• Use a Tripod- We cannot stress this enough. A tripod is absolutely essential to ensure stability and stillness, both essential attributes for good VR shots. Use the tripod to your advantage by experimenting with different heights. Remember- the photo needs to make sense in the context in which it is going to be used. If the idea is to accurately recreate a hotel room for a virtual tour, set the height to about 6 feet. If on the other hand you are shooting the Bryce Canyon, Tripod height can be anything, but ideally should be at least 5 feet. Finally, even with the best 360 video editing software, it is essential to ensure adjacent shots have at least a 20% overlap, so that the end result can look as realistic as possible. A tripod can really help here.
  • Visualize- As with all photography, think about your light source, your framing, composition and interesting highlights. However, remember to think in 3D. For example, your best view might need you to be against a wall- but how will that look to the viewer? Think about the trade-offs you need to make.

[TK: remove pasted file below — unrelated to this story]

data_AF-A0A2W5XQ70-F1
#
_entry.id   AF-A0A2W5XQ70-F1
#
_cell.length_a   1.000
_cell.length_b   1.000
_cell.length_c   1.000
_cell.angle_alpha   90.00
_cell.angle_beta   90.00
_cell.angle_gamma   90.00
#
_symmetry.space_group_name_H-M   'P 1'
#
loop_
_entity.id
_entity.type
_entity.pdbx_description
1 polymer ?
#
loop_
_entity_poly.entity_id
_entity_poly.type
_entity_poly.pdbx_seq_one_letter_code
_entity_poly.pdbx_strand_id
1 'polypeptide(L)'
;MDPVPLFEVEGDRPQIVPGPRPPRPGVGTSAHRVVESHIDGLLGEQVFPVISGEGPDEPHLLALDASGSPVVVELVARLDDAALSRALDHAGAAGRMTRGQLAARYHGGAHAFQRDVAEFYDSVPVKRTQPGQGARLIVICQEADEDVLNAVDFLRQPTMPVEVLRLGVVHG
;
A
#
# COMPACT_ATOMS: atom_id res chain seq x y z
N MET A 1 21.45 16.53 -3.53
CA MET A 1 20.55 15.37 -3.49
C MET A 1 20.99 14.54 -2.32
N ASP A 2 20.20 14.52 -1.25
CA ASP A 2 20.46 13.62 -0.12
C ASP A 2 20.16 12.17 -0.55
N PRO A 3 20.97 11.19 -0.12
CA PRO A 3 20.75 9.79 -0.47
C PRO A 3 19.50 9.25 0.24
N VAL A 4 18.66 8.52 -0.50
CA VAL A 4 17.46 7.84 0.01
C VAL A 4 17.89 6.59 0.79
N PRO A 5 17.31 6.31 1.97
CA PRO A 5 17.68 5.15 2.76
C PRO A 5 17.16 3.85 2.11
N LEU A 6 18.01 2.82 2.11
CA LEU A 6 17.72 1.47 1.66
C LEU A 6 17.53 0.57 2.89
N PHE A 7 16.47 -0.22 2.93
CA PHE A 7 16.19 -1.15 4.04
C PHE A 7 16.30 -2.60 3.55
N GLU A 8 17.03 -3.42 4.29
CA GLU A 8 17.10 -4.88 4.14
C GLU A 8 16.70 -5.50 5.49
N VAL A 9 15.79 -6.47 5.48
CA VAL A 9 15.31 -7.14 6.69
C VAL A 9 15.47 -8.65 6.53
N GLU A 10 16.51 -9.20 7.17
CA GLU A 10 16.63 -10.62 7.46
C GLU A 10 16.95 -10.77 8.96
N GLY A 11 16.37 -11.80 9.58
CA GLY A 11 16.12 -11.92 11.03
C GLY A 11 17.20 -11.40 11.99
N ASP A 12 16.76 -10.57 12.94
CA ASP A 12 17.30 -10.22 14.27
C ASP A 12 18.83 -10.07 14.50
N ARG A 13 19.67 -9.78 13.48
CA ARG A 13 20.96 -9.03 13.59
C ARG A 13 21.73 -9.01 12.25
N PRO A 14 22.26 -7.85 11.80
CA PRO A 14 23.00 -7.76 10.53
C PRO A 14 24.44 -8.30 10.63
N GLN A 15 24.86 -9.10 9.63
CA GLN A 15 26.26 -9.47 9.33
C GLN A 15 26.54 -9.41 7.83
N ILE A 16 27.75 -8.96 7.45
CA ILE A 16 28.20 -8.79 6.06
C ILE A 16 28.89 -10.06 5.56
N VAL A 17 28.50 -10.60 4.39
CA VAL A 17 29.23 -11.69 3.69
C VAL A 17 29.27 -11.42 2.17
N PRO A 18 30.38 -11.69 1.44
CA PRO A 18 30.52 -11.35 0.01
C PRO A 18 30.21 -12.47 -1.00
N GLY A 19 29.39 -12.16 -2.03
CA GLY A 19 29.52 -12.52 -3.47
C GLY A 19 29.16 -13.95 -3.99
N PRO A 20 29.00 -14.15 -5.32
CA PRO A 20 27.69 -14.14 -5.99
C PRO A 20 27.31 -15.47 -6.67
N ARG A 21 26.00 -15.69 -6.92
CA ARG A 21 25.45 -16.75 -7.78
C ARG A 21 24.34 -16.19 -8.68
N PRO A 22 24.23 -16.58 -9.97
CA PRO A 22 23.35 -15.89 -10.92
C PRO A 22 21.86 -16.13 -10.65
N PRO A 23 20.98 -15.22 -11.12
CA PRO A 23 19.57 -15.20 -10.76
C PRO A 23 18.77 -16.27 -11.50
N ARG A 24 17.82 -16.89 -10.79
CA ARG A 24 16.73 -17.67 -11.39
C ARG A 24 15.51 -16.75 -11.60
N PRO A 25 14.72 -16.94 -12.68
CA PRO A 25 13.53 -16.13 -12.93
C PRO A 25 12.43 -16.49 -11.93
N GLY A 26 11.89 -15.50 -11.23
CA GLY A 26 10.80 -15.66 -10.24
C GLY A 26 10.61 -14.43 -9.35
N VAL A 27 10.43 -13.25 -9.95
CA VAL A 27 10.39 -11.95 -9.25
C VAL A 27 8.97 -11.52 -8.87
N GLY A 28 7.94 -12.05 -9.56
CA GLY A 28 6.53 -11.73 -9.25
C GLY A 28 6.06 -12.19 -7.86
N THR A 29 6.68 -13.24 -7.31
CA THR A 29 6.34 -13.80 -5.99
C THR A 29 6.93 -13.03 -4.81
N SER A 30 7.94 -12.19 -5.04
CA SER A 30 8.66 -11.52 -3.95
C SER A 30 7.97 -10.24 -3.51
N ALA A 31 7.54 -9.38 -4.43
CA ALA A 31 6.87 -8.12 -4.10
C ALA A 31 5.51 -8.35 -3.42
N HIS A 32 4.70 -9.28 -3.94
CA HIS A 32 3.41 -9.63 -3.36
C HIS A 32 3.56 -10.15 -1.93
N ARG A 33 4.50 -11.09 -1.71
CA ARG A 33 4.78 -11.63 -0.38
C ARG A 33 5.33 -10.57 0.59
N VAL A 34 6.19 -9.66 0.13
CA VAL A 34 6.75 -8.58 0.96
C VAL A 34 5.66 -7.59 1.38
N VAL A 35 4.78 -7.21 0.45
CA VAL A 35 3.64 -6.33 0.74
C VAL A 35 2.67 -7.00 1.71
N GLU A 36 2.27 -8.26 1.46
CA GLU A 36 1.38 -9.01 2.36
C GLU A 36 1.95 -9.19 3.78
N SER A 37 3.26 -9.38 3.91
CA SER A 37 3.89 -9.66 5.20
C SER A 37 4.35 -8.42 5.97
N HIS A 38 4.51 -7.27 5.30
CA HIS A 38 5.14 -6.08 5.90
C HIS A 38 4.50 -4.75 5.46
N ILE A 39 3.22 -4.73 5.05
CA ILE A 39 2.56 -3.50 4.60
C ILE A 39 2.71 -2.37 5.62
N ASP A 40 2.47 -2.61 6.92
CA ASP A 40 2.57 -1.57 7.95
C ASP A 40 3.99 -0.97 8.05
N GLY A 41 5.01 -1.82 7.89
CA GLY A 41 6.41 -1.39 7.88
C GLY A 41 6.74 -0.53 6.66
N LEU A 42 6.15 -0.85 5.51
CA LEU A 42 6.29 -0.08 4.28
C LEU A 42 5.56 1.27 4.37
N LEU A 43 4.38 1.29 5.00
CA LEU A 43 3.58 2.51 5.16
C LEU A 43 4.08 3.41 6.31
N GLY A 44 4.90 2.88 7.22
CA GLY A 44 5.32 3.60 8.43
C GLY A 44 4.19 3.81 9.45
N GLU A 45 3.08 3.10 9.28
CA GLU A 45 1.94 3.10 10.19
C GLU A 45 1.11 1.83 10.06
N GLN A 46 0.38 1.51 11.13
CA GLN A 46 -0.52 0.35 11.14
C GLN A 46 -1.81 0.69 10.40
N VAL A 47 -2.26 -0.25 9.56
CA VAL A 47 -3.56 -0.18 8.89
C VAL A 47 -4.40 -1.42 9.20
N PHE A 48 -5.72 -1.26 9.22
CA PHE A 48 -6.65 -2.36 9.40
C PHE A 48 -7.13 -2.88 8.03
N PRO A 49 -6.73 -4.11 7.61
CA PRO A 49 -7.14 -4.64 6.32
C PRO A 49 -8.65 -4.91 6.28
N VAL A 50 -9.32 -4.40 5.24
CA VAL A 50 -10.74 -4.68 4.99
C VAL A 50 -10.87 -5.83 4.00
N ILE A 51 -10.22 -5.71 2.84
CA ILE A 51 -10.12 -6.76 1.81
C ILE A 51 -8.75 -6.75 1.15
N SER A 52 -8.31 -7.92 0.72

• It pays to do Post-processing- The best shots are the best both because of what they capture, and how they capture it. The last is a case for applying careful post-processing to the shots. If you have been taking RAW format images, you know how much post-processing the shots need. Good 360 video editors work well with RAW format, allowing a better color balance and feature addition like shadows, the Sun, etc. Remember, photos are pointless if they don’t mean anything and don’t look good [5]. Consider using an expert post-processing vendor like Manipal Technologies, which can help you create photos with create aesthetic appeal while keeping costs low.

As for posting them, Facebook 360 is probably the easiest. Youtube and Google Photos are other good platform. Google’s Street View (probably the first introduction to 360 shots for most people) now allows user generated content. Other specialist websites like Veer, Kuula and Roundme are also worth exploring as are content websites of the camera manufacturers. Unfortunately, the most popular photo sharing apps i.e. Instagram and Flickr do not have native 360 video editors, so you will have to use something like Kuula or converting the panoramas to videos to post them there. This is likely to change in the next few years.


VR Photography is an exciting development. With user generated content now finding traction, we expect VR Photos to carve out their own niche over the next few years. On smartphones and headsets around the world, VR photos will continue to amaze and delight, ultimately drawing more people to explore the wonderful world of the still photo.